However, the egalitarian nature of grindadráp is supported by a range of hierarchical institutional mechanisms, which are most prominent at national and international levels. The pilot whaling regulations place each drive under the authority of a state official (the sýslumaður) and the egalitarian behaviour of participants before, during and after hunts has been formally codified. This has situated grindadráp firmly within the purview of the Faroese authorities, which reserves the power to decide if a proposed drive will go ahead and to punish those who deviate from the prescribed code of behaviour. Pilot whaling is understood within the wider structure of resource management: marine resources within Faroese territory are Faroese property, which, according to the 1994 Commercial Fishery Act, should be conserved and exploited in a ‘sustainable and rational way, both in biological and economic terms’ (Mortensen 2006: 17). Thus, at a national level, egalitarianism gives way to a more hierarchical conceptualisation of grindadráp, the concerns of which drive much of the scientific research mentioned above.

In sum, the degeneration of the institution of grindadráp in the late eighteenth century provoked conflict within Faroese society, with disputes between individuals emerging over the distribution of catches. The solution was found through a combination of local initiatives (e.g. through community meetings) and top-down regulation to craft the basic structure of modern grindadráp. This combination of hierarchical and egalitarian principles arguably has ensured the continuation of pilot whaling as a subsistence practice. As such, rather than exploiting the resource on the basis of an individualistic view of nature as benign and able to bounce back (as was the case for commercial whaling during much of the twentieth century [Singleton 2016a]), pilot whales were to be exploited collectively and (increasingly) as something that could be accounted for through science-based management.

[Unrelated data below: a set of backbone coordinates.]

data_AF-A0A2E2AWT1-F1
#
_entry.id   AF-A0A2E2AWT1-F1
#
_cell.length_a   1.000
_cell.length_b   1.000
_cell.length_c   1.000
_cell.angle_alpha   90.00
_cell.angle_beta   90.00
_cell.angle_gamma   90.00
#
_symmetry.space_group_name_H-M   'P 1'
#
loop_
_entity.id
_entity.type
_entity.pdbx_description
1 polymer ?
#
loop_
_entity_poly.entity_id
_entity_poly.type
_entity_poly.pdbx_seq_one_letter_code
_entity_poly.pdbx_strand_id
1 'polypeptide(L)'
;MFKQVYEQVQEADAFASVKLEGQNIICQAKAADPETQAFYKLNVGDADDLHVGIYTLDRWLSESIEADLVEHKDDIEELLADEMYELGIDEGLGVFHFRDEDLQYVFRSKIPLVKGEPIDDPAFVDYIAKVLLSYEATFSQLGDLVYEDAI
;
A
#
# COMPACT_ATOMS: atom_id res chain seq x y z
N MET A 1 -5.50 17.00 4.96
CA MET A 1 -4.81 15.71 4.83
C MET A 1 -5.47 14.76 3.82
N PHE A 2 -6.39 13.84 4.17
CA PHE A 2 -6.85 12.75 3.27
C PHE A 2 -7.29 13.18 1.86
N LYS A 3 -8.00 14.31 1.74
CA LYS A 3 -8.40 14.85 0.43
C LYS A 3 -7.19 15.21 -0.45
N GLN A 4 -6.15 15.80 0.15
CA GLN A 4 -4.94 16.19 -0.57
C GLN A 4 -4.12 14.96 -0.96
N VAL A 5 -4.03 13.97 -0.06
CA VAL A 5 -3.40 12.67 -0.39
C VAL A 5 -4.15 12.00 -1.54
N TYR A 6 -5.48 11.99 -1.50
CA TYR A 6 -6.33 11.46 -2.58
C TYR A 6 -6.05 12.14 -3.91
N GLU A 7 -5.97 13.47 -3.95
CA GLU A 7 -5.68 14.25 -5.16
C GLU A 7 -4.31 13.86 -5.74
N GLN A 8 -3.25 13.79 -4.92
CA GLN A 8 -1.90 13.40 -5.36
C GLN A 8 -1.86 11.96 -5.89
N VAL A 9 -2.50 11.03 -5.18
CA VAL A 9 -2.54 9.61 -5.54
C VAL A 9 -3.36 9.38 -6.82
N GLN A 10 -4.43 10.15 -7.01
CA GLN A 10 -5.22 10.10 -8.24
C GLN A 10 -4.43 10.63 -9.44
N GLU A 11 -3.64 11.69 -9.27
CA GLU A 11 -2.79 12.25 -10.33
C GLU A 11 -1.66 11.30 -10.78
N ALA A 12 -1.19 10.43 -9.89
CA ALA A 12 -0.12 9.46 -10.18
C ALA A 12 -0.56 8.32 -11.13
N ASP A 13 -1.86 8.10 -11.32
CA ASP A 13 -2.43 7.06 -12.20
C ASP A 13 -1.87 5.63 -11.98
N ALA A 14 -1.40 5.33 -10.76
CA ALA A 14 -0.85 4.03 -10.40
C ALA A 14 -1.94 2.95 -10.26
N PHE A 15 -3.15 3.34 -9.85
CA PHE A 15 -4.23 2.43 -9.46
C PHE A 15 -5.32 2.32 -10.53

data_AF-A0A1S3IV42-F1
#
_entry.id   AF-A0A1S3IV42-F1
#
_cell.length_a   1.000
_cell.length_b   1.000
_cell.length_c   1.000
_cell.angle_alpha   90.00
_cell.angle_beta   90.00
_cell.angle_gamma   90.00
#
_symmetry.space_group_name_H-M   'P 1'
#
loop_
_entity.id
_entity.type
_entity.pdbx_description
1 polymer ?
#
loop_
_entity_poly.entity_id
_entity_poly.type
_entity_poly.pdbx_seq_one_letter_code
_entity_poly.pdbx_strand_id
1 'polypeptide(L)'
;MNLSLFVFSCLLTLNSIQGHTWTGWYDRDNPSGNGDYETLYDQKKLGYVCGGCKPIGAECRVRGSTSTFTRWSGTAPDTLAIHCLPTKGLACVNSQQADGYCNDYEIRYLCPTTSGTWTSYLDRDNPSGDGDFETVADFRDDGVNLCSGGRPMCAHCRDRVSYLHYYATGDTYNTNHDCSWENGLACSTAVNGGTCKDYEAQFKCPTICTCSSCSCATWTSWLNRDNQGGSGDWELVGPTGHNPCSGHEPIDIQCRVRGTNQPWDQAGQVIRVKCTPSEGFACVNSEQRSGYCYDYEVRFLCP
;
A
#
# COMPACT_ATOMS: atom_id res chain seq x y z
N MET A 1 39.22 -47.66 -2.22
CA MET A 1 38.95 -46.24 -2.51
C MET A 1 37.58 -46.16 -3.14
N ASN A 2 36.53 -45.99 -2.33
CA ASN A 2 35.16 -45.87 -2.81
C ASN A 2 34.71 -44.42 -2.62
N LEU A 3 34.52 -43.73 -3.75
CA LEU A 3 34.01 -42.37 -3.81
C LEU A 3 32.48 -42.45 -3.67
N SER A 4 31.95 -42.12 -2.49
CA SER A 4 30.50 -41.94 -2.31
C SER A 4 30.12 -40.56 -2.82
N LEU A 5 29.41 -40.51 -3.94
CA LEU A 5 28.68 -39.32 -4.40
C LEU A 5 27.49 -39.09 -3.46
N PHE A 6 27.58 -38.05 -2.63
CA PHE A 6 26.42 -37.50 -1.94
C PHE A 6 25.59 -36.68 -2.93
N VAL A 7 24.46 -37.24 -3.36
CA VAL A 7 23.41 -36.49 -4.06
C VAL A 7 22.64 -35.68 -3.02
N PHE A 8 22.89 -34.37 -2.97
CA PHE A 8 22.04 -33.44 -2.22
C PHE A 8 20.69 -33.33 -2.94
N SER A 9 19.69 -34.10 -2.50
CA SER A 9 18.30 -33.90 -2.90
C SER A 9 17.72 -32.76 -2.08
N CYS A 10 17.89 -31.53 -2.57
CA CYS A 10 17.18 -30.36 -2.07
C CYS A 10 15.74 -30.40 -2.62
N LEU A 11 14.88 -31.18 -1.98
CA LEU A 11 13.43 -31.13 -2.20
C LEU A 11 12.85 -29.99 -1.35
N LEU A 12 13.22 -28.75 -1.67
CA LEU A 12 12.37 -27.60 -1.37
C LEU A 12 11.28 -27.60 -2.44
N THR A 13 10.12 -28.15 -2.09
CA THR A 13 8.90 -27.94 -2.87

Distributing the catch

Changes to Faroese society since World War II have placed pressure on the egalitarian-hierarchical grindadráp. One such challenge has been urbanisation; the number of people within a whaling district entitled to a share of meat and blubber may now render the individual share worthless. This is important because, as several respondents explained, the primary consideration, for many people, when deciding to be involved in a whale drive is whether they have any pilot whale meat and blubber at home. The solution that has gained widest currency is the innovation of the ‘killers’ share’ (see above). The killers’ share was first proposed at a community meeting in Sørvágur in 1972, where it was ‘maintained that it was unreasonable that people who expended time, fuel and boats did not receive more of a share than everyone else in the community’ (Joensen 2009: 144). The local sýslumaður began to implement the new distribution method, which then spread to other areas, eventually being codified within the pilot regulations in 1986 (Joensen 2009: 146)Footnote 5.